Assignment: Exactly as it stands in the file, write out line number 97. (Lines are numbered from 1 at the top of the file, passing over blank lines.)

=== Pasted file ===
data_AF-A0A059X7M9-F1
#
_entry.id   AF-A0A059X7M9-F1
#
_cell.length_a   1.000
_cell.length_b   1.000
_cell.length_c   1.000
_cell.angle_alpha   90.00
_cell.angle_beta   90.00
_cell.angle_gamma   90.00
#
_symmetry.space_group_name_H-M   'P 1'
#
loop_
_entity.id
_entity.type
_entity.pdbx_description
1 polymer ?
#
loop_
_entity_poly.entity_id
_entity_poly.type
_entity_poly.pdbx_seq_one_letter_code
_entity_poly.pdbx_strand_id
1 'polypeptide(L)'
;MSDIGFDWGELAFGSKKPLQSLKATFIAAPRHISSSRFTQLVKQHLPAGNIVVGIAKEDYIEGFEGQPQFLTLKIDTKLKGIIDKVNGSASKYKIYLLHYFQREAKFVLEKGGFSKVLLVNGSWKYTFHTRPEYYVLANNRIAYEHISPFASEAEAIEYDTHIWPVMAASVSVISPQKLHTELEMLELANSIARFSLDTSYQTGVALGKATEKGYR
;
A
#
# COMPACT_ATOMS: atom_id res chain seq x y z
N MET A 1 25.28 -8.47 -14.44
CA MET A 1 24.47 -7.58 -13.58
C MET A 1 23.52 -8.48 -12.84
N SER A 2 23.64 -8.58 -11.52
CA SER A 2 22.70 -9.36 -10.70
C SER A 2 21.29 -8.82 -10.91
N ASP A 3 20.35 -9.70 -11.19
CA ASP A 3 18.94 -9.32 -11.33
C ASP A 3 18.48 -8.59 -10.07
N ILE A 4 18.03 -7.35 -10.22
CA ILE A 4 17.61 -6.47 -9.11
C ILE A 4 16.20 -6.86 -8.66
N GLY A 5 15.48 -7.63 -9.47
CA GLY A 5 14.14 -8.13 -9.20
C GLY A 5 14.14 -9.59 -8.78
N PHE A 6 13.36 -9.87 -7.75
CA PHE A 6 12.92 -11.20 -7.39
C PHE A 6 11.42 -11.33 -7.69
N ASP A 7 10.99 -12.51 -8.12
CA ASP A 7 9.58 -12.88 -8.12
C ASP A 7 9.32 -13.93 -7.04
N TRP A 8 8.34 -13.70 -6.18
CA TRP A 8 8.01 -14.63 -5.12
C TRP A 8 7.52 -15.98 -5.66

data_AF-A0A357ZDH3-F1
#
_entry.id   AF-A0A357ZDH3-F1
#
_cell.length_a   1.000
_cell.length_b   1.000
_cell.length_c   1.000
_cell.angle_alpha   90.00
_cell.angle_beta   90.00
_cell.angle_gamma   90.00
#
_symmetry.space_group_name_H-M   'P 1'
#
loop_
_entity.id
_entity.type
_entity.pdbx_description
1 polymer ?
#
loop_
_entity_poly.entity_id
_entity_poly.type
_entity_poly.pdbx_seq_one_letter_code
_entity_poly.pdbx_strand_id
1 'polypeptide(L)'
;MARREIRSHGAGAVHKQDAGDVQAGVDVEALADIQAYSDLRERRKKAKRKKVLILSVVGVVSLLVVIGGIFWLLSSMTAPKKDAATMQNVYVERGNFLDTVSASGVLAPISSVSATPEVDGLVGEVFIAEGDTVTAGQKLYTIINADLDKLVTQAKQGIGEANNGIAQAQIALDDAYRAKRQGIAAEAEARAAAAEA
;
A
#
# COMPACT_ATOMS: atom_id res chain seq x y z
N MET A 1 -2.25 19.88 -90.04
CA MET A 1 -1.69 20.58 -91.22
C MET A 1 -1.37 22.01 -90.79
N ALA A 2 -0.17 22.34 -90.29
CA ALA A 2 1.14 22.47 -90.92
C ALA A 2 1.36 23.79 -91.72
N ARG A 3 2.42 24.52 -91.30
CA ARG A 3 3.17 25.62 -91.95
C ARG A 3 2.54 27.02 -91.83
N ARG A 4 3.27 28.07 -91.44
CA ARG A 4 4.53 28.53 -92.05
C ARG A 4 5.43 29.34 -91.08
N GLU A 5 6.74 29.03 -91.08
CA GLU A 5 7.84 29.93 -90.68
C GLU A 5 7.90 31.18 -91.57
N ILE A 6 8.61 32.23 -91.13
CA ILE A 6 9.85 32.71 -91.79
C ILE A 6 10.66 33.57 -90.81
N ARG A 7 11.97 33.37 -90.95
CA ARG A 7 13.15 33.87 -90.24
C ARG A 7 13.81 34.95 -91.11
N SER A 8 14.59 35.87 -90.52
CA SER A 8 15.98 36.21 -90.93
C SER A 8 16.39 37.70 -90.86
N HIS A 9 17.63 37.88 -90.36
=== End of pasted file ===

N GLU A 5 6.74 29.03 -91.08